DEAR JERRY: For awhile in the early 1990s I lived in Moscow, and one of my favorite pastimes was checking out the Russian record shops.
Most of the albums then, regardless of who actually owned the rights, were made and controlled by Russia. This of course gave them complete control over what was available for their citizens to own.
Many of these LPs were by Russians, none of whom I knew, but here a few I found and bought by familiar American and British artists:
The Beatles ("Rubber Soul"); Creedence Clearwater Revival ("Traveling Band"); Deep Purple ("Deep Purple"); Elton John ("Honky Cat" and "Your Song"); Elvis Presley ("That's All Right"); Rolling Stones ("Sticky Fingers"); and Yes ("Time and a Word").
Other than numerals, such as times and release dates, nothing on the covers or labels is in English.
These must be rare, but is there any added value? Or are they about the same as the authentic versions?
Vincent DeLong, Indianapolis
DEAR VINCENT: Rarely are Russian albums valued higher than the original U.S. and UK issues. Most are either in the same price range or lower.
This is because the NFP (Novelty Factor Premium), for being something most collectors don't have, is often offset by the FFD (Flummoxed Factor Discount), having something neither you nor anyone you know can decipher.
They are also not nearly as scarce as you might think. All that you mention are easily available online.
Other than "Rubber Soul," which is in the $25 to $30 range, any of the others you list can be had for $10 to $20.
DEAR JERRY: Don't know if anyone outside Fargo ever heard it, but there was a significant hit here in the early '60s that has been nagging at me for decades.
No one I've asked has ever come up with the artist and title, but this stuff seems right up your alley.
The memorable gimmick of the song is the inclusion of a bunch of recent hit songs with three-word titles, the last two being "Of Love."
One example they used is "Mountain of Love." What are the others?
Oh yeah, the singer sounded young and had a style reminiscent of Buddy Holly.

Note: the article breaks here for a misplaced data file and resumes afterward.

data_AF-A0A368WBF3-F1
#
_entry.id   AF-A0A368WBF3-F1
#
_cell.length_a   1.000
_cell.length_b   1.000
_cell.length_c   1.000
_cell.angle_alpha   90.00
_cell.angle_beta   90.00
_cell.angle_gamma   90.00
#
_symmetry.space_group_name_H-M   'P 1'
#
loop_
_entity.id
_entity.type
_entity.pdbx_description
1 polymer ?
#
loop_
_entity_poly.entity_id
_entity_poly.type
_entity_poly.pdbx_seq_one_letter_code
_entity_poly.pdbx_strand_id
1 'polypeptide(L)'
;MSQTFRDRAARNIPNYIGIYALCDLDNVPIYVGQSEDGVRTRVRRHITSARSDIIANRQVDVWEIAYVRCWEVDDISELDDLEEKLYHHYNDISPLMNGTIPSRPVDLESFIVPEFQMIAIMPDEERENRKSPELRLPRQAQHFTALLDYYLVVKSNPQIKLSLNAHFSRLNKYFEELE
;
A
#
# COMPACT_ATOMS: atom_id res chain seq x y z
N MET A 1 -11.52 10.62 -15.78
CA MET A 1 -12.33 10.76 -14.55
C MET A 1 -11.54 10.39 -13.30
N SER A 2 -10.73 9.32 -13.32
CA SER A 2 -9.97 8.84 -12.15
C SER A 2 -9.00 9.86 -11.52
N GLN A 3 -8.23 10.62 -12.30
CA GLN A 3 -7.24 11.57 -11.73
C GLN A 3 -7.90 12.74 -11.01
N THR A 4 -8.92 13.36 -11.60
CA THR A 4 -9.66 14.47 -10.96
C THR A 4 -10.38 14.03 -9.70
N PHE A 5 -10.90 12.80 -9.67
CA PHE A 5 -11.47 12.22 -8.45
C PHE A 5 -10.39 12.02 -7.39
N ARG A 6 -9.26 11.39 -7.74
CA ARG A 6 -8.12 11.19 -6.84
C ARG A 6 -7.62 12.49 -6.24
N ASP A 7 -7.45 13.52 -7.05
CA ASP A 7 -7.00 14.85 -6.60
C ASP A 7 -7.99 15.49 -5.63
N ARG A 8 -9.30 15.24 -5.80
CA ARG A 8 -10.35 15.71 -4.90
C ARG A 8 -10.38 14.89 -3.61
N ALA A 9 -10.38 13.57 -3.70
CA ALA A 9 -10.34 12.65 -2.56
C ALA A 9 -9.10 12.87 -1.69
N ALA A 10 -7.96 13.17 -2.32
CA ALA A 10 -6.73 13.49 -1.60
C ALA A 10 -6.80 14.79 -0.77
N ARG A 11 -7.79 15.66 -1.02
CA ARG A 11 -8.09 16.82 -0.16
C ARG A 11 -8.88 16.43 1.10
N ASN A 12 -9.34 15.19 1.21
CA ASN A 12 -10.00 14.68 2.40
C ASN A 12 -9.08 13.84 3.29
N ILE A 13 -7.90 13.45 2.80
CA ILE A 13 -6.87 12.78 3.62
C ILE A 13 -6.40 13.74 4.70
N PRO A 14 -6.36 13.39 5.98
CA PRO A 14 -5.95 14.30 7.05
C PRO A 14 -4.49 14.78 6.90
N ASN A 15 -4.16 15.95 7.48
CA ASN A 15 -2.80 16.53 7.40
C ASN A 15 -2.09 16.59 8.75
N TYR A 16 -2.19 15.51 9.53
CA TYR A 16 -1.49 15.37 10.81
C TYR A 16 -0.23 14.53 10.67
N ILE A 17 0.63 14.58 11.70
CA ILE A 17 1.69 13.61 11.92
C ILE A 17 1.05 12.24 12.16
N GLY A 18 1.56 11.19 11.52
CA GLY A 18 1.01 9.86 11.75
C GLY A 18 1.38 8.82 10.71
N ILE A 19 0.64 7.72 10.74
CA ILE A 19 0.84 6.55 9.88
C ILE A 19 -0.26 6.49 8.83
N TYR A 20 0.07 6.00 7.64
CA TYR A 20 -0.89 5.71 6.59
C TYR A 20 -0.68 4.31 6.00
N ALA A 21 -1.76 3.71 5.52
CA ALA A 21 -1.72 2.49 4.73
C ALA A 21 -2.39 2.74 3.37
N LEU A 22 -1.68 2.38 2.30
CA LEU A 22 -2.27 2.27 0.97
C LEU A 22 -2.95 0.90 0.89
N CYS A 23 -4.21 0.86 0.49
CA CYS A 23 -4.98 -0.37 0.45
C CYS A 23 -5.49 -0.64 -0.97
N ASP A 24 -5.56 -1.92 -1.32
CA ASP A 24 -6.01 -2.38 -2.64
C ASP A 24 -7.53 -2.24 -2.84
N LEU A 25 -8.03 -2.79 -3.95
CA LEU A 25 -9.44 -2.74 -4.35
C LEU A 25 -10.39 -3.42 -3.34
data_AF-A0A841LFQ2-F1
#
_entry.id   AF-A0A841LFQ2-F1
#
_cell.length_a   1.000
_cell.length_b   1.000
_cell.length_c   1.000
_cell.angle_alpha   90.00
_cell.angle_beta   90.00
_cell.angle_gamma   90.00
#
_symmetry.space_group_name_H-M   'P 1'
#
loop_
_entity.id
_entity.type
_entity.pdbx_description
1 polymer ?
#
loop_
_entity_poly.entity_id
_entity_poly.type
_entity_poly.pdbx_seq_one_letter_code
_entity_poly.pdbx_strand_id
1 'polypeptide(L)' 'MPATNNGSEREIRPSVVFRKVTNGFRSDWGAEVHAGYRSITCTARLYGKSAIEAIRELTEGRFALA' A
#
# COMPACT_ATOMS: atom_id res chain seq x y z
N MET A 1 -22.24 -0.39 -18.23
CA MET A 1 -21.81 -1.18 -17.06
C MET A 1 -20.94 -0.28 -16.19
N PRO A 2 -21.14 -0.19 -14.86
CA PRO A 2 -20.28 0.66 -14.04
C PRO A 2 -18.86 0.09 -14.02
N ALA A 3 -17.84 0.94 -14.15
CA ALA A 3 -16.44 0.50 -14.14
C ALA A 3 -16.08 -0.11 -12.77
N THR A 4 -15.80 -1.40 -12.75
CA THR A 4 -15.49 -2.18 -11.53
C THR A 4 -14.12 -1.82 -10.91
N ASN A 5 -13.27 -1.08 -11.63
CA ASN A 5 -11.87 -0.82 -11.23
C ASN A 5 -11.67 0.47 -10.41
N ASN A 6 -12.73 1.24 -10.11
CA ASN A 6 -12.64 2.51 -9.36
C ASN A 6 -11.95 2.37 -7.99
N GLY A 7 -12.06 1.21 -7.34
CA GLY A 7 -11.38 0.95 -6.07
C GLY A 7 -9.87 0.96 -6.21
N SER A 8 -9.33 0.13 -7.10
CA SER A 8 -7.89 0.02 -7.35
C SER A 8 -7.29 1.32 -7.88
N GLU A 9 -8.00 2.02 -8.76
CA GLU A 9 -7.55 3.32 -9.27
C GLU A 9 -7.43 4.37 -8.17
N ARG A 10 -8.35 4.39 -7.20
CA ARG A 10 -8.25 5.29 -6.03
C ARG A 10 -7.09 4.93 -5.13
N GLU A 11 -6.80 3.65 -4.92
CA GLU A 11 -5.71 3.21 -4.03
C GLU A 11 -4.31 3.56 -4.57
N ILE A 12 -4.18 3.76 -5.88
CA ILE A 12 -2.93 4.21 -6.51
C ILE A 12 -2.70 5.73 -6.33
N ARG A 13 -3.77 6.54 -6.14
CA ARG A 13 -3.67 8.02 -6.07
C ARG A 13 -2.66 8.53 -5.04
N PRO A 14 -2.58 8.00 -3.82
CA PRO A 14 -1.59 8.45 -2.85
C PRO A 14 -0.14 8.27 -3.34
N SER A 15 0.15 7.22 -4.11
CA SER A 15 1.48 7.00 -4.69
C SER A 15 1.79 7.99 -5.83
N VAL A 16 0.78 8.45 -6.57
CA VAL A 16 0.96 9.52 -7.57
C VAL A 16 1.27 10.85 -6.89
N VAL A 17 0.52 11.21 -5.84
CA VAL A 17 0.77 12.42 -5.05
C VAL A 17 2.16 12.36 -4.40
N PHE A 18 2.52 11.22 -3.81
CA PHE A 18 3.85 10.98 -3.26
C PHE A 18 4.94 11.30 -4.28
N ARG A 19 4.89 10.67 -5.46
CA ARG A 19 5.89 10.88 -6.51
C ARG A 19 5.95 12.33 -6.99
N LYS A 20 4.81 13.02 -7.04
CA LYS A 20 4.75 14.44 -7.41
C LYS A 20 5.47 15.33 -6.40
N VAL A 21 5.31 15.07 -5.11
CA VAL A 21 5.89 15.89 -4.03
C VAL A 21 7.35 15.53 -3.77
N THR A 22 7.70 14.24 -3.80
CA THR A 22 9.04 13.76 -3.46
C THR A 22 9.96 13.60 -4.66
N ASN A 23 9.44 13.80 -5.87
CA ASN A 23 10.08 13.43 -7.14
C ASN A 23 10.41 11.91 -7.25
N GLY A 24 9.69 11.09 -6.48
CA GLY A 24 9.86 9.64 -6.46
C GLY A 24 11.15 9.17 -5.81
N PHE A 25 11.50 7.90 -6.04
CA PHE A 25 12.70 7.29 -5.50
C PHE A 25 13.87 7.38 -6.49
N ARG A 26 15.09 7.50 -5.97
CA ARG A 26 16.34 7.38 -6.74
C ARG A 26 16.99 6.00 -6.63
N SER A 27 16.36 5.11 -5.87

Regina Cassidy, Fargo, N.D.
DEAR REGINA: You picked the right alley, and brought with you a delightful question we've never had before.
Here is another of those regional hits we often talk about, songs popular in scattered markets that just didn't chart nationally.
This singer is Jimmy Curtiss, and the "Of Love" song nagging you is "Love, Sweet Love," from 1961.
I always felt it should have been titled "Song of Love," making for a better connection to all the songs of love. It's not as though that title was overused. The last time anyone had a hit titled "Song of Love" was in 1922.
Billboard, in May '61, gave "Love, Sweet Love" their coveted four-star rating for its "strong sales potential." The rating was deserved, but the sales projection fell short.
In the order heard, and with the most appropriate artist for the period (not necessarily the original or best-known), they are:
"Train of Love" (Annette with the Afterbeats)
"Mountain of Love" (Harold Dorman)
"Treasure of Love" (Clyde McPhatter)
"Valley of Love" (Turbans Featuring Al Banks)
"Cradle of Love" (Johnny Preston)
"Ship of Love" (Nutmegs)
"Sea of Love" (Phil Phillips with the Twilights)
"Book of Love" (Monotones)
"Chains of Love" (Pat Boone)
"Story of Love" (Starlighters)
"Prisoner of Love" (Billy Eckstine)
"Glory of Love" (Roommates)
Using just the two years before the Jimmy Curtiss release, I found four more moderately successful "Of Love" records, should they have wanted another verse: "Beginning of Love" (Dallan LaRoc); "Lullabye of Love" (Frank Gari); "Secret of Love" (Elton Anderson with the Sid Lawrence Combo); and "Shadows of Love" (Lavern Baker).
For two weeks in June 1960, all four of these were in the Top 100: "Train of Love"; "Mountain of Love"; "Cradle of Love"; and "Shadows of Love."
It seems there was a summer "Of Love" long before the more famous one in 1967.
Hear this song now!
IZ ZAT SO? While researching Jimmy Curtiss, I noticed that, despite being a very common name, no one with the surname Curtis (or Curtiss) ever had a single or album on the national pop or rock (Top 100) charts not a one in well over 100 years of recording history.
In the C&W singles field, Sonny Curtis, Mac Curtis, and Larry Curtis had hits, as did Chantal Curtis with an R&B entry. Sonny and Mac also charted with LPs.